The Guardian April 30, 2003

Occupiers out!

Iraq lies in ruins. Its cities laid waste by bombs and arson. Hospitals, 
the health service, factories museums, libraries and homes have been looted 
 as US troops stood by or even joined in. The telephone service may be 
out for up to six months. Baghdad is without electricity. Schools remain 
closed. The government apparatus has been destroyed. There is mass 
unemployment. Thousands of civilians were killed and the killing 

"All day, you build up for the moment when you fire the shot", said Cyrus 
Field a 23-year-old sniper. "Then there's a feeling of exhilaration, and 
you feel like you've really done something for your country. You've taken 
someone out." Field and his mate, Sgt Daniel Osborne claim more than 20 
enemy kills.

While the Baghdad museum and library were being looted care was taken by 
the US military to ensure that this did not happen to the oil industry 
building in the city, revealing if any further proof is needed, that one of 
the main aims of the US war is to control Iraqi oil.

Now, the new administrators are moving in  all hand picked by the US 
administration  never mind about democracy and the Iraqi people having 
the right to establish their own government. US Secretary of Defence Donald 
Rumsfeld has already announced that an "Islamic" government is not 
acceptable to the US.

The US military are also beginning to put back into authority some of the 
hated Saddam Hussein regime.

Overseeing the gaggle of American puppets is former US General, Jay Garner. 
In a radio broadcast, he continued the lie that he intends to return Iraq 
to the people of Iraq.

His real mission is to ensure that US corporate interests are fully 
protected and that no one gets any unacceptable ideas about sovereignty or 
democratic rights that interfere with these aims.

What is already clear is that Iraq can never be liberated so long as the 
US, British and Australian military occupation continues. And the occupiers 
have no intent of getting out.

"We need to stay there [Iraq]. It's a real commitment both military and 
civil", says a letter signed by members of the American Enterprise 
Institute that has 20 of its members working for the Bush administration.

Iraq cannot be democratic and the Iraqi people will not be allowed to 
determine their own government if US approved and appointed administrators 
form a government.

"I have a personal preference for Ahmed Chalabi who has fought this battle 
all these years.", said Richard Perle one of the leading defence advisers 
to Dick Cheney and a prominent figure in the AEI.

It did not take Chalabi long to turn up in Iraq to stake out his claim on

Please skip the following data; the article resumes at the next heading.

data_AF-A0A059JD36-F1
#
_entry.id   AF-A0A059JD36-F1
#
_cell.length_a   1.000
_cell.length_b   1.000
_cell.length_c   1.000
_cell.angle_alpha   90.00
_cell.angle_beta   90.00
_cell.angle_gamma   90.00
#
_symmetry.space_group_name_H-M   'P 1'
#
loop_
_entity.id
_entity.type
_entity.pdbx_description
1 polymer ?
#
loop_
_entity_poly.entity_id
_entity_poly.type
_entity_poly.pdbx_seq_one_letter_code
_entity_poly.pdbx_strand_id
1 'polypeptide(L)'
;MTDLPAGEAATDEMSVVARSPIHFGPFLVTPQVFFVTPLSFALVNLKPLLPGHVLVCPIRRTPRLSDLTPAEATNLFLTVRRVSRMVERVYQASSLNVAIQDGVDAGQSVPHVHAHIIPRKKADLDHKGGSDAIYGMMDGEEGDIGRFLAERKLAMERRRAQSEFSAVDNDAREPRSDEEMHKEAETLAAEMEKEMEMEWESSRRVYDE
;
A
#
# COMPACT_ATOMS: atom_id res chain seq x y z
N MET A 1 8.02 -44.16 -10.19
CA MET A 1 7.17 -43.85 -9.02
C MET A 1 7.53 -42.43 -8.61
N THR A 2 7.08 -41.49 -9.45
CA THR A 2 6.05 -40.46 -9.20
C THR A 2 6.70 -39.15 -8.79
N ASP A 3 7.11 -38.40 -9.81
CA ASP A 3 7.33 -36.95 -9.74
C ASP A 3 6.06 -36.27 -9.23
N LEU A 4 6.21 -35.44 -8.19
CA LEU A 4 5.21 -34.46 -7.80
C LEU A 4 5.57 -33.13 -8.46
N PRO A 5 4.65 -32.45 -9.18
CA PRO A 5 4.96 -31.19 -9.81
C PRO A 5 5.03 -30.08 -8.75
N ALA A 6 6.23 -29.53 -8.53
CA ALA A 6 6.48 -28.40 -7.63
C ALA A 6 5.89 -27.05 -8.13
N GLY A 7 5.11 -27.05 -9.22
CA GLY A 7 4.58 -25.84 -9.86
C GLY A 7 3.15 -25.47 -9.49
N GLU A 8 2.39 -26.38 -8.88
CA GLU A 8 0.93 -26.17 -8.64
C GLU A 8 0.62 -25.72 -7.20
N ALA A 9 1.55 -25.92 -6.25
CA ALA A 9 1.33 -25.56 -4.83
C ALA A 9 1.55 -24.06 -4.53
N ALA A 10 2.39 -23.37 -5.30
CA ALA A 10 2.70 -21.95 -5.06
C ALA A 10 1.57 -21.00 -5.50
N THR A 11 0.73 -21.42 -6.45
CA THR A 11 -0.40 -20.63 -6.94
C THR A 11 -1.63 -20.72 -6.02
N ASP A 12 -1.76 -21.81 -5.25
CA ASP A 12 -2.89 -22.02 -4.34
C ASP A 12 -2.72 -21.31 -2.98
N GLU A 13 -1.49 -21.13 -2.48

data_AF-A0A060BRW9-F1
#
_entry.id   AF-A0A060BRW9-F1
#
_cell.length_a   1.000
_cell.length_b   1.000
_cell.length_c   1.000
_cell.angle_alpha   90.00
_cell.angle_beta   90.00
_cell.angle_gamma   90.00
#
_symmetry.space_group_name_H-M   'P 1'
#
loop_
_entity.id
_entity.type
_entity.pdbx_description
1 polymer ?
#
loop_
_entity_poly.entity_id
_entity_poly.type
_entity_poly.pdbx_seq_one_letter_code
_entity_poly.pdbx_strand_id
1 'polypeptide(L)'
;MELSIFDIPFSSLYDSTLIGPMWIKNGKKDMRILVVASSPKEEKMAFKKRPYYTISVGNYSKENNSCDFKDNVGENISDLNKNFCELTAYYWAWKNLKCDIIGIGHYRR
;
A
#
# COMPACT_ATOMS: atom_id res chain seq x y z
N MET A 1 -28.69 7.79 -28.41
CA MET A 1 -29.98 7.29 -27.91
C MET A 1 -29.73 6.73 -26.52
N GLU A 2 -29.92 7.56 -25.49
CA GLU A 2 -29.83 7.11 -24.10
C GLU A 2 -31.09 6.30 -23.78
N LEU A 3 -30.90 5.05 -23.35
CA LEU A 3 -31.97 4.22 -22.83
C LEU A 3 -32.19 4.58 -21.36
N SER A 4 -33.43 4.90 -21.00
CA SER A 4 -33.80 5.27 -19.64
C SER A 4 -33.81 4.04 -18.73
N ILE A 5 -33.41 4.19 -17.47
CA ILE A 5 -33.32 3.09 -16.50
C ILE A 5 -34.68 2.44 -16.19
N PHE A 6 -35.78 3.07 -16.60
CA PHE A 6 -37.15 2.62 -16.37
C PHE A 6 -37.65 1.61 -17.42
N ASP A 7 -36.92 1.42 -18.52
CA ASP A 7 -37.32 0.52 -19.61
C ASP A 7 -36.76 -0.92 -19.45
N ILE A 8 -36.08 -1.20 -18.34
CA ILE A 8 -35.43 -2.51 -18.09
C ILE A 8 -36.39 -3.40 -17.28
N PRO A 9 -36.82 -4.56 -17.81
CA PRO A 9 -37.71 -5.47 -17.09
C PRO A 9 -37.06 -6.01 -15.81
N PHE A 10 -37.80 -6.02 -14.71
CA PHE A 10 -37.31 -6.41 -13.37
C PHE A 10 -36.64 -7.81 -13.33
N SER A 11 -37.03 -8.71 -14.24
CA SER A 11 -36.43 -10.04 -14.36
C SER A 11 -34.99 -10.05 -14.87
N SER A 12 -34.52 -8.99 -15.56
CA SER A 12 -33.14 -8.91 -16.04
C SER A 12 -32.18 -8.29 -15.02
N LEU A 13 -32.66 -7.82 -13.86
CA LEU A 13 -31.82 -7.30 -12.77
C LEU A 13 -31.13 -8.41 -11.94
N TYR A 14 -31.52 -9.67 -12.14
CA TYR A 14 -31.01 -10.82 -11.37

behalf of the US occupiers. The fact that he had been charged with and 
convicted of embezzlement (in absentia) in Jordon only makes him an even 
more suitable candidate to do the US administration's dirty work.

Iraq's economy will not be reconstructed in the interests of the Iraqi 
people as the US corporations take over the wealth of the Iraqi nation.


Having destroyed the economy, the US intends to use the revenue from Iraqi 
oil to pay for its reconstruction, principally by US corporations who stand 
to make super profits out of the exercise.

The US military-industrial complex has already made billions of dollars in 
profits out of the weapons and equipment used to destroy what now needs to 
be reconstructed.

Richard Perle makes the point, "Iraq, fortunately, has a continuing revenue 
stream from the production of oil, which should go a long way toward 
financing the reconstruction of the country".

But these plans of the US occupiers may not go as planned. The Iraqi people 
have no intention of bowing down to the new conqueror. This is evident from 
the large anti-American demonstrations in Baghdad and elsewhere.

Anti-American demonstrations are erupting around the country. For example, 
there was one when a weapons dump blew up in Baghdad last week killing up 
to 14 civilians and injuring many more.

Despite all of the bombing and killing and years of repression, the will 
and courage to demonstrate against the military might of the occupying army 
have emerged over night.

Communities have come together to prevent looting in suburbs. A range of 
political forces are emerging to replace the hated regime of Saddam 
Hussein. They include the Iraqi Communist Party that has survived savage 
repression for almost 40 years. (See the launch of the Iraqi 
CP newspaper.)

Religious leaders have also come out strongly in opposition to the 
occupation of their country.

Communists point the way

The Iraqi Communist Party has issued a statement points the way.

"Our people have fought to get rid of Saddam's oppressive dictatorial 
regime so that they can build on its remains a democratic rule which 
expresses their independent will and fulfils their legitimate demands, and 
not a new oppressive military rule", statement says.

"It will not be achieved at the hands of any military rule, whether foreign 
or Iraqi. It has to be achieved through setting up an interim patriotic and 
democratic coalition government, broadly based in its representation of the 
forces of our people and their political parties, which have fought for so 
long against the dictatorship and for the democratic alternative.

"Only such a government, which represents the interests and aspirations of 
our people, including all their political and national components and 
social classes and strata, is really capable of ensuring the transfer of 
our country, in peace, security and respect for people's freedoms and 
rights, to the desired stable and federal democratic era.

"In order to set up the transition democratic coalition government, the 
occupation of our country must first end."

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